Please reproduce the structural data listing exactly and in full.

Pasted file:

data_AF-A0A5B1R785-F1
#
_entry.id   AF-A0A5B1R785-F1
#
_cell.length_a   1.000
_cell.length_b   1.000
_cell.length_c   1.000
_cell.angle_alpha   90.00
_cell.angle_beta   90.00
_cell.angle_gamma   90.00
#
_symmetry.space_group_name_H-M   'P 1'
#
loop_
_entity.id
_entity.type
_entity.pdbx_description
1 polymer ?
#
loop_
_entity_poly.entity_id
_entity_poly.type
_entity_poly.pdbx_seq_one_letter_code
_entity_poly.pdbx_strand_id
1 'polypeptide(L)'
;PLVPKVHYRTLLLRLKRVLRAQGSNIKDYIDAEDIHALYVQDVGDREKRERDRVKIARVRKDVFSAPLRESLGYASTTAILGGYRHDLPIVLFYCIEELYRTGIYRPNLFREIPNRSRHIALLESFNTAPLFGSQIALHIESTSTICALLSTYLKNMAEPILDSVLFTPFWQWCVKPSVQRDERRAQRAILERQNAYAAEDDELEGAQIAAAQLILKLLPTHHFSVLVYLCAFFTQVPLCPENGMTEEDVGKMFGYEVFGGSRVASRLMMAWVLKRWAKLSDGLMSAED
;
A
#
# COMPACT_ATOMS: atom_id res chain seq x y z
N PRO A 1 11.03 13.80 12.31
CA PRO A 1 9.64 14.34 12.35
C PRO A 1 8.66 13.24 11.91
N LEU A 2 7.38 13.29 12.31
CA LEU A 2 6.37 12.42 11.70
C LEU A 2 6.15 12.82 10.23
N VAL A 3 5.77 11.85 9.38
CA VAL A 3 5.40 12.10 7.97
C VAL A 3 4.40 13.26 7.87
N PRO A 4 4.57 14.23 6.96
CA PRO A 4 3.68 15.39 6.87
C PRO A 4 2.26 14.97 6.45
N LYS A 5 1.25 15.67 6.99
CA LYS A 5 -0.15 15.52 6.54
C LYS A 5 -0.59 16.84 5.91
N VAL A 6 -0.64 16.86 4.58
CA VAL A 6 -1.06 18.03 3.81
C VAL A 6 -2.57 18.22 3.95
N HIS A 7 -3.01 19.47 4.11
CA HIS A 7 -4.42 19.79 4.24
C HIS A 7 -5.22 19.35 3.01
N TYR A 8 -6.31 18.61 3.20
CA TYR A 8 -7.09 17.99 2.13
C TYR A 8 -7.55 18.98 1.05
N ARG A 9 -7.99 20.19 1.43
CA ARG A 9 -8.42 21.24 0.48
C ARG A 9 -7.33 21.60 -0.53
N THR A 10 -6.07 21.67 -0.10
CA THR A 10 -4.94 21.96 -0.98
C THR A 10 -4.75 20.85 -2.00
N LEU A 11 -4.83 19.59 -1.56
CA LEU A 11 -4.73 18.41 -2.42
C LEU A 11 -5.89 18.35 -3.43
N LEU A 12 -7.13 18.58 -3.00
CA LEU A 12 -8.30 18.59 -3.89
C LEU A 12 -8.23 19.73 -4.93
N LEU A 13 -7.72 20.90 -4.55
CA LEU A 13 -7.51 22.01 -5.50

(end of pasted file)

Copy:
data_AF-A0A5B1R785-F1
#
_entry.id   AF-A0A5B1R785-F1
#
_cell.length_a   1.000
_cell.length_b   1.000
_cell.length_c   1.000
_cell.angle_alpha   90.00
_cell.angle_beta   90.00
_cell.angle_gamma   90.00
#
_symmetry.space_group_name_H-M   'P 1'
#
loop_
_entity.id
_entity.type
_entity.pdbx_description
1 polymer ?
#
loop_
_entity_poly.entity_id
_entity_poly.type
_entity_poly.pdbx_seq_one_letter_code
_entity_poly.pdbx_strand_id
1 'polypeptide(L)'
;PLVPKVHYRTLLLRLKRVLRAQGSNIKDYIDAEDIHALYVQDVGDREKRERDRVKIARVRKDVFSAPLRESLGYASTTAILGGYRHDLPIVLFYCIEELYRTGIYRPNLFREIPNRSRHIALLESFNTAPLFGSQIALHIESTSTICALLSTYLKNMAEPILDSVLFTPFWQWCVKPSVQRDERRAQRAILERQNAYAAEDDELEGAQIAAAQLILKLLPTHHFSVLVYLCAFFTQVPLCPENGMTEEDVGKMFGYEVFGGSRVASRLMMAWVLKRWAKLSDGLMSAED
;
A
#
# COMPACT_ATOMS: atom_id res chain seq x y z
N PRO A 1 11.03 13.80 12.31
CA PRO A 1 9.64 14.34 12.35
C PRO A 1 8.66 13.24 11.91
N LEU A 2 7.38 13.29 12.31
CA LEU A 2 6.37 12.42 11.70
C LEU A 2 6.15 12.82 10.23
N VAL A 3 5.77 11.85 9.38
CA VAL A 3 5.40 12.10 7.97
C VAL A 3 4.40 13.26 7.87
N PRO A 4 4.57 14.23 6.96
CA PRO A 4 3.68 15.39 6.87
C PRO A 4 2.26 14.97 6.45
N LYS A 5 1.25 15.67 6.99
CA LYS A 5 -0.15 15.52 6.54
C LYS A 5 -0.59 16.84 5.91
N VAL A 6 -0.64 16.86 4.58
CA VAL A 6 -1.06 18.03 3.81
C VAL A 6 -2.57 18.22 3.95
N HIS A 7 -3.01 19.47 4.11
CA HIS A 7 -4.42 19.79 4.24
C HIS A 7 -5.22 19.35 3.01
N TYR A 8 -6.31 18.61 3.20
CA TYR A 8 -7.09 17.99 2.13
C TYR A 8 -7.55 18.98 1.05
N ARG A 9 -7.99 20.19 1.43
CA ARG A 9 -8.42 21.24 0.48
C ARG A 9 -7.33 21.60 -0.53
N THR A 10 -6.07 21.67 -0.10
CA THR A 10 -4.94 21.96 -0.98
C THR A 10 -4.75 20.85 -2.00
N LEU A 11 -4.83 19.59 -1.56
CA LEU A 11 -4.73 18.41 -2.42
C LEU A 11 -5.89 18.35 -3.43
N LEU A 12 -7.13 18.58 -3.00
CA LEU A 12 -8.30 18.59 -3.89
C LEU A 12 -8.23 19.73 -4.93
N LEU A 13 -7.72 20.90 -4.55
CA LEU A 13 -7.51 22.01 -5.50